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This is true and very distinct too among the Caribbean accents. As well, like in other countries the accents vary within the country. Speakers in the eastern part of Cuba sound very similar to the DR and at times indistinguishable unless you listen to the pronunciation of certain words. Then compare it to Havana. These are very different accents. People find accents amusing if they are unfamiliar with them. The same can be said for English.

IMO Cubans from the east of the island sound similar to Dominicans from areas like Mao or Cotui where they “speak with the I” (i.e. PIque rather than Parque). But I still find Cuban accents generally sound more rustic, and less educated Dominicans from the capital sound more Caribbean. For example contrast how a Cuban says Aeropuerto, which sounds like AyroPwayto, it’s very different to the way Dominicans say it. (I lived with a Cuban from Havana for many years).

In DR I have been corrected many times for putting R’s in words that supposedly should be said with an L (even though they definitely have an R) and for putting an S in words like Escalera or Francisco, which should evidently be pronounced Ekalera or Fransiko.
 

Marianopolita

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IMO Cubans from the east of the island sound similar to Dominicans from areas like Mao or Cotui where they “speak with the I” (i.e. PIque rather than Parque). But I still find Cuban accents generally sound more rustic, and less educated Dominicans from the capital sound more Caribbean. For example contrast how a Cuban says Aeropuerto, which sounds like AyroPwayto, it’s very different to the way Dominicans say it. (I lived with a Cuban from Havana for many years).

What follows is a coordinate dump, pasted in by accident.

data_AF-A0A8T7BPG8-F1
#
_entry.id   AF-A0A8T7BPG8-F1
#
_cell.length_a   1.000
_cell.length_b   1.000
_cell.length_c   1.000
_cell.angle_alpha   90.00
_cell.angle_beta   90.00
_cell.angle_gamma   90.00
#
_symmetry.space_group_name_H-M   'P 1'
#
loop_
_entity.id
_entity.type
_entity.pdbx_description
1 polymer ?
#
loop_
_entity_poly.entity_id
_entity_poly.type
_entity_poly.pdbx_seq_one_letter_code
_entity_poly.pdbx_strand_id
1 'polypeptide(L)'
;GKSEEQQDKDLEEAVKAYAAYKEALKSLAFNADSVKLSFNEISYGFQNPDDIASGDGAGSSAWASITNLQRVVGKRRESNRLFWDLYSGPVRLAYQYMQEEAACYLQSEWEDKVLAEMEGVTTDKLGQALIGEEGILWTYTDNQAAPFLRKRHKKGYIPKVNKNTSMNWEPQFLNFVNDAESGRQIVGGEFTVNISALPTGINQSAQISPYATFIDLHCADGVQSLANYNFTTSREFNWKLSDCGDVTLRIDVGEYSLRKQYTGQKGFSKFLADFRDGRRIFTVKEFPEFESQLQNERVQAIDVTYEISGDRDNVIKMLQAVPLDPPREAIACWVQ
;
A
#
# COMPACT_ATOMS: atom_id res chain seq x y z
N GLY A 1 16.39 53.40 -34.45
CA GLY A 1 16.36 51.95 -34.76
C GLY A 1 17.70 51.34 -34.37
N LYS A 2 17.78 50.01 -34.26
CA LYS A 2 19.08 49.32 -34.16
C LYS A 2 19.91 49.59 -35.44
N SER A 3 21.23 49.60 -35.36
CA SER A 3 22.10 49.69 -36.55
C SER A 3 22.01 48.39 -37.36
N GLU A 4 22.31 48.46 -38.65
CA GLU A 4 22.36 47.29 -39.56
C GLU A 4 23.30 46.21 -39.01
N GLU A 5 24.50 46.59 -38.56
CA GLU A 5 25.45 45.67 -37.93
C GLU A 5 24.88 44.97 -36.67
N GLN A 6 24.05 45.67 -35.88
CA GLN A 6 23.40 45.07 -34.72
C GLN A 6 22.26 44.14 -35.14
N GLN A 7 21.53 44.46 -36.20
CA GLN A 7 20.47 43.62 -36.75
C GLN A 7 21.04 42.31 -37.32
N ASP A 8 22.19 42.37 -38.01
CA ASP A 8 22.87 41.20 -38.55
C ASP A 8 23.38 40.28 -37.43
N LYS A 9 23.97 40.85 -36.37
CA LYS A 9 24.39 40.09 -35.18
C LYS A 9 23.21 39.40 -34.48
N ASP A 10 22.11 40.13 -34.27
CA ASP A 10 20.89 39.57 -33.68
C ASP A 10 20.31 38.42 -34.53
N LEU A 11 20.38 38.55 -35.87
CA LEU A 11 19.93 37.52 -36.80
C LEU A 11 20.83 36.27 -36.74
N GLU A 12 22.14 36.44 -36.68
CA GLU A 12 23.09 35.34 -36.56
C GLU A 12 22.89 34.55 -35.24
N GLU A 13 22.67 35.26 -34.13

In DR I have been corrected many times for putting R’s in words that supposedly should be said with an L (even though they definitely have an R) and for putting an S in words like Escalera or Francisco, which should evidently be pronounced Ekalera or Fransiko.

You call it rustic and I call it guajiro or campesino that one hears in Cuba. Yes, those accents can be a challenge.

Wow in the DR someone correcting you about Spanish is strange 🤦‍♀️. Unless it is someone educated and clearly has a good command of the language, I would not take that seriously. In Spanish, the R to L change in pronunciation is incorrect. It is a speech pronunciation that is wrong but it goes to back colonization and is totally incorrect. In Spanish, there are no such words as amol, puelta, decil, hablal etc. all wrong pronunciation of the correct version with R.
 

MariaRubia

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You call it rustic and I call it guajiro or campesino that one hears in Cuba. Yes, those accents can be a challenge.

Wow in the DR someone correcting you about Spanish is strange 🤦‍♀️. Unless it is someone educated and clearly has a good command of the language, I would not take that seriously. In Spanish, the R to L change in pronunciation is incorrect. It is a speech pronunciation that is wrong but it goes to back colonization and is totally incorrect. In Spanish, there are no such words as amol, puelta, decil, hablal etc. all wrong pronunciation of the correct version with R.

I was working in a hotel and we had these radios. And I said something like “Marcos tráeme la escalera por favor” and silence. Then someone said “Ella dice Marco trae ekalera porfa”. And then Marcos would reply saying “Tato”. Always made me laugh that they needed to translate what the gringa was saying, delete the S’s and pop in a few L’s. They all understood perfectly well what I was saying, it was a way of saying that their Spanish was more correct than mine - and I guess in the Dominican world it is, as that’s how they speak the language so it is right for them.